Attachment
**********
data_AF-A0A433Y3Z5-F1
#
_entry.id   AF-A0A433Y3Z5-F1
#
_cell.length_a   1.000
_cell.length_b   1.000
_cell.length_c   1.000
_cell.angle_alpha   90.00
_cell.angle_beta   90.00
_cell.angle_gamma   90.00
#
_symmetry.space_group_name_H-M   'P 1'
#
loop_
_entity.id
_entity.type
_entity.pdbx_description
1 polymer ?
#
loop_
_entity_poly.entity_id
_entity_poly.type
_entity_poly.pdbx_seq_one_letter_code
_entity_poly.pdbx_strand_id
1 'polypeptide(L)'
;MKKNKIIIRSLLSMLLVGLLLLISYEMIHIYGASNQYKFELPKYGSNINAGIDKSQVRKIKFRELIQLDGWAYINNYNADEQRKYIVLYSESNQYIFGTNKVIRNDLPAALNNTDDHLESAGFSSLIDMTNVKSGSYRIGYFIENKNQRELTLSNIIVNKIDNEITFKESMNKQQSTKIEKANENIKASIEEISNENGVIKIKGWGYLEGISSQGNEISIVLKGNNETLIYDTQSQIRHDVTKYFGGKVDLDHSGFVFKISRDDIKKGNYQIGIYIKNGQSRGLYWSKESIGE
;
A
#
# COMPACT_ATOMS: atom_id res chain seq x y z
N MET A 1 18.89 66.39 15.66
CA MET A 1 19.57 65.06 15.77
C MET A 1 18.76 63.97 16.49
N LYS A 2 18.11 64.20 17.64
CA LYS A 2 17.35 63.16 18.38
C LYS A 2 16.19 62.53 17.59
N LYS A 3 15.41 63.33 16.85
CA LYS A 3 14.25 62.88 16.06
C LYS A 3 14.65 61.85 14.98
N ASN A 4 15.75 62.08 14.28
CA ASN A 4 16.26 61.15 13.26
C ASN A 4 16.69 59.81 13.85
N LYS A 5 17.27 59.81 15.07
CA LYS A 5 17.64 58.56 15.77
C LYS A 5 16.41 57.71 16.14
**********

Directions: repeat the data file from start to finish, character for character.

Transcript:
data_AF-A0A433Y3Z5-F1
#
_entry.id   AF-A0A433Y3Z5-F1
#
_cell.length_a   1.000
_cell.length_b   1.000
_cell.length_c   1.000
_cell.angle_alpha   90.00
_cell.angle_beta   90.00
_cell.angle_gamma   90.00
#
_symmetry.space_group_name_H-M   'P 1'
#
loop_
_entity.id
_entity.type
_entity.pdbx_description
1 polymer ?
#
loop_
_entity_poly.entity_id
_entity_poly.type
_entity_poly.pdbx_seq_one_letter_code
_entity_poly.pdbx_strand_id
1 'polypeptide(L)'
;MKKNKIIIRSLLSMLLVGLLLLISYEMIHIYGASNQYKFELPKYGSNINAGIDKSQVRKIKFRELIQLDGWAYINNYNADEQRKYIVLYSESNQYIFGTNKVIRNDLPAALNNTDDHLESAGFSSLIDMTNVKSGSYRIGYFIENKNQRELTLSNIIVNKIDNEITFKESMNKQQSTKIEKANENIKASIEEISNENGVIKIKGWGYLEGISSQGNEISIVLKGNNETLIYDTQSQIRHDVTKYFGGKVDLDHSGFVFKISRDDIKKGNYQIGIYIKNGQSRGLYWSKESIGE
;
A
#
# COMPACT_ATOMS: atom_id res chain seq x y z
N MET A 1 18.89 66.39 15.66
CA MET A 1 19.57 65.06 15.77
C MET A 1 18.76 63.97 16.49
N LYS A 2 18.11 64.20 17.64
CA LYS A 2 17.35 63.16 18.38
C LYS A 2 16.19 62.53 17.59
N LYS A 3 15.41 63.33 16.85
CA LYS A 3 14.25 62.88 16.06
C LYS A 3 14.65 61.85 14.98
N ASN A 4 15.75 62.08 14.28
CA ASN A 4 16.26 61.15 13.26
C ASN A 4 16.69 59.81 13.85
N LYS A 5 17.27 59.81 15.07
CA LYS A 5 17.64 58.56 15.77
C LYS A 5 16.41 57.71 16.14